Physics of Scuba Diving

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  • Topic: Scuba diving, Oxygen, Breathing gas
  • Pages : 5 (2011 words )
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  • Published : January 22, 2006
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The physics behind SCUBA diving and the physical effects on the body.

Scuba diving is a sport that many people enjoy but hardly understand the physics behind. The journey from the pressure of the atmosphere to the deeper depths of the seas is not just a trip that involves breathing air out of a tank and looking at fish. If we were to go on an imaginary journey beginning at the surface and traveling to the bottom of a 300 foot lake your body would under go a change in pressure nearly of 10 times. The physics behind diving starts is with the initial change in pressure on your body, and progresses to taking your first breath underwater, to you body being saturated with gasses and finally at great depths the very oxygen that keeps you alive begins to poison you.

The very beginning of a journey to the depths begins at the change from the surface to the water. At the most basic and simple level the first thing that happens when you change over from air to water is the rate in which you change pressure. The density of water is almost 800 times that of air. So when an altitude change of a couple hundred feet in air is almost negligible, a change of a couple feet in water is very drastic. To double the pressure in air one would have to come down from 18,000 feet to sea level. To double the pressure in water one only has to go down 33 feet from the surface. According to the ideal gas law, doubling the pressure means halving the volume. So any breath taken at 33 feet, one is taking on twice as many gas molecules as one would take on at the surface. This is not a problem as long as the pressure is the same. To take a breath at the surface and go to 33 feet the volume of gas in your lungs would be halved. Upon returning to the surface the volume would increase to original volume. People do this safely everyday in swimming pools, take a breath go under pressure and come back. The other way is not true at all. To take a breath at a depth greater than a couple feet and travel to the surface would be most likely fatal. The human lungs can take a pressure of no more than 3 or 4 PSI. Any greater pressure causes the alveoli to burst or worse yet to completely tear the lung. This prevents the transmission of oxygen to the blood stream and allows air bubbles into the blood. What this means for a diver is holding your breath at any point in the dive is most certainly a fatal mistake.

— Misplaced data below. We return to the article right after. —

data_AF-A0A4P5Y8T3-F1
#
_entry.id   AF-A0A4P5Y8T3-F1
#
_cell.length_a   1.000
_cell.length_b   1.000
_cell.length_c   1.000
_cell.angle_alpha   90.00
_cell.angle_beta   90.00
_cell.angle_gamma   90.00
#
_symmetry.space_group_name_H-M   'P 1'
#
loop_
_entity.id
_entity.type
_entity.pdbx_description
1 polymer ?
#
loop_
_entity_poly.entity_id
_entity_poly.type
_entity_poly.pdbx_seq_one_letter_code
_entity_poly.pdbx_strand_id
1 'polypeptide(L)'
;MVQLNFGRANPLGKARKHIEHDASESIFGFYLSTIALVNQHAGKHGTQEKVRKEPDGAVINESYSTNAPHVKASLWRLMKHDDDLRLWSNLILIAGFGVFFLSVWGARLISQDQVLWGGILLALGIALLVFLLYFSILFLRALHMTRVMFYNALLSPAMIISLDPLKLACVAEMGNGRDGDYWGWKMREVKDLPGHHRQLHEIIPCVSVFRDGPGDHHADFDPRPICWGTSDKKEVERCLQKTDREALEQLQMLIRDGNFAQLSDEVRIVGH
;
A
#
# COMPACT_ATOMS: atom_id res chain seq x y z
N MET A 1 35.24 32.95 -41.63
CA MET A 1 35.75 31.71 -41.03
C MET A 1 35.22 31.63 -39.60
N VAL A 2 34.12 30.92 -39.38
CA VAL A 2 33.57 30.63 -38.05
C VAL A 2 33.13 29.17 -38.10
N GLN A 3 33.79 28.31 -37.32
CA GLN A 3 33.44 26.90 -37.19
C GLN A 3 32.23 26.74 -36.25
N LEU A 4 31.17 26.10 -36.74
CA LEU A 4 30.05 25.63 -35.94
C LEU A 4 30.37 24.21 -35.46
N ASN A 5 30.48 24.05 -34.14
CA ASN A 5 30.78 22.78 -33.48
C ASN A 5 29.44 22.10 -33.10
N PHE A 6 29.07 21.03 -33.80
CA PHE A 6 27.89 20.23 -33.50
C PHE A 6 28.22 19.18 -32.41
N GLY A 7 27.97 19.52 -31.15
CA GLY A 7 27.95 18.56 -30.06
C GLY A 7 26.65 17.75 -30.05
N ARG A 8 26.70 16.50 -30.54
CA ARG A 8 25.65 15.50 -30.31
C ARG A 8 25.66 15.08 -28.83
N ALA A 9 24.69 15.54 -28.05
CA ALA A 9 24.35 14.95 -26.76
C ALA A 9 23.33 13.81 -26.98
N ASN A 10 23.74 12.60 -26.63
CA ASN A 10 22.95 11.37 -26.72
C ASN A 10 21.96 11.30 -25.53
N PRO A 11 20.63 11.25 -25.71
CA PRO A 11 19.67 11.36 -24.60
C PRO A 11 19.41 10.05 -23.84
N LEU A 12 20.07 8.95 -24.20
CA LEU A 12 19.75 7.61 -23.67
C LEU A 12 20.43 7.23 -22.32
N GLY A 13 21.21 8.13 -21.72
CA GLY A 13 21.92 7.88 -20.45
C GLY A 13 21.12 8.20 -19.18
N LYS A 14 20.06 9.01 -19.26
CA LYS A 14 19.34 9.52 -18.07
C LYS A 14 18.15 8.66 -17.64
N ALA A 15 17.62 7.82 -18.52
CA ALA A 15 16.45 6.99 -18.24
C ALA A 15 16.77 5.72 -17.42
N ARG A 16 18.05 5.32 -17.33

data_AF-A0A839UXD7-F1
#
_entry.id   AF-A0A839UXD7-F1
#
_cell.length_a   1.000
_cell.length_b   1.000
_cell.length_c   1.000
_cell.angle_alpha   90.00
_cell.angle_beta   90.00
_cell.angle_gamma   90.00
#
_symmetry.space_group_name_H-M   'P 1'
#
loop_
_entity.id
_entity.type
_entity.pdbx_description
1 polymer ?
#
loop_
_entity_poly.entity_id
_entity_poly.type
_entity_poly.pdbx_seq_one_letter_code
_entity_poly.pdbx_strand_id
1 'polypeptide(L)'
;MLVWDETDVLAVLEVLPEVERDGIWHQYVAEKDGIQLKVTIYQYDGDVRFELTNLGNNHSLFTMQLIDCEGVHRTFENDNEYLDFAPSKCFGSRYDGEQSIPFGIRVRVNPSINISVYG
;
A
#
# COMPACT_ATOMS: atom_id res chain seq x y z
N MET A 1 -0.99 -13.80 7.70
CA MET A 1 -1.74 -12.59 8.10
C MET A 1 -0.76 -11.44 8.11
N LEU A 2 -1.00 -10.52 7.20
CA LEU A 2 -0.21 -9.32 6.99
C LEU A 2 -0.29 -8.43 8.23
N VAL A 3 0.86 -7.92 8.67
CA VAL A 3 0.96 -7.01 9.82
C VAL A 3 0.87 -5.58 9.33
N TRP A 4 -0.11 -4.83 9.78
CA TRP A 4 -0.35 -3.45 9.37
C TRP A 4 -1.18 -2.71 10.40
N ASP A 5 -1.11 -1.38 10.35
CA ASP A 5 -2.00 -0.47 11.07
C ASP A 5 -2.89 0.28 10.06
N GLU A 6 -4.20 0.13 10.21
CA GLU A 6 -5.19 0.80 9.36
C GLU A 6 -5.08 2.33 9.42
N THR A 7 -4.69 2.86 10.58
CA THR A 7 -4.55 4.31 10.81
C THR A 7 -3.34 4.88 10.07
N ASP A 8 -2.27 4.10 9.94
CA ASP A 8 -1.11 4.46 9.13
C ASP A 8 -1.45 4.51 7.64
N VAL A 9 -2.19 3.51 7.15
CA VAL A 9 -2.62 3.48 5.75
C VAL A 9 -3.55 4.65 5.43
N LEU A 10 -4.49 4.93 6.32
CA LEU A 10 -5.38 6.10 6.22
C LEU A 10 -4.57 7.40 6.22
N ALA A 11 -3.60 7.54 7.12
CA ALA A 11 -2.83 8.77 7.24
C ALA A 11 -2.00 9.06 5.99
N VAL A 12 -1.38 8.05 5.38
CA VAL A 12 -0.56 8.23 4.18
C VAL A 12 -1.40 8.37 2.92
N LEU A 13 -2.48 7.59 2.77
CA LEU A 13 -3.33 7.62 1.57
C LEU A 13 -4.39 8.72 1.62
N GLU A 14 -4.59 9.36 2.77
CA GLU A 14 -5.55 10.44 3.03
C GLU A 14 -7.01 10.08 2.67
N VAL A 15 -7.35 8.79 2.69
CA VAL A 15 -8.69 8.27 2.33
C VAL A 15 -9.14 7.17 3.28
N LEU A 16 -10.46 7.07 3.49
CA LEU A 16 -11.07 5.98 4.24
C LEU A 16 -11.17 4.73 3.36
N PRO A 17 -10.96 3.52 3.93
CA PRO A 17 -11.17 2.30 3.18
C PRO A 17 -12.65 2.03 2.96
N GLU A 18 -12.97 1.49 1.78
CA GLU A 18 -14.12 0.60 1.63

For a basic shallow dive to 15 feet, the time that can be spent on underwater is basically unlimited. The body takes on gas but at this pressure the change of going to the surface is not great enough to cause significannot expansion of bubbles in the body's fluid and tissues. The amount of gas the body takes on at that pressure is also of negligible amount. Air for simplicity sake is basically 21% oxygen and 79 % nitrogen. With each breath according to Dalton's law of partial pressure you breathe 21% O2 and 79% N2 regardless of pressure. With each breath you body absorbs in O2 and N2 into the blood stream. The body utilizes oxygen in its functions and expels carbon dioxide as waste. When you exhale you expel unused O2, the waste gas CO2 and the unchanged N2. At any given time your body will have all three of these gasses in all tissues and blood. The nitrogen is the most dangerous of the gasses. O2 and CO2 are directly involved in the exchange in the lungs there for they are used and expelled. Nitrogen is just along for the ride. It gets into the system but once there it serves no purpose and does not get recirculated like O2 and CO2. It just builds up in the tissues. When going from a lesser pressure to a greater pressure the body starts saturated with a given amount of N2, O2 and CO2. As you go deeper the microscopic bubbles of gas get compressed allowing room for more of the gas to be diffused into the blood. With your first breath at depth at 33 feet you take on twice the amount of air you would have taken on at the...
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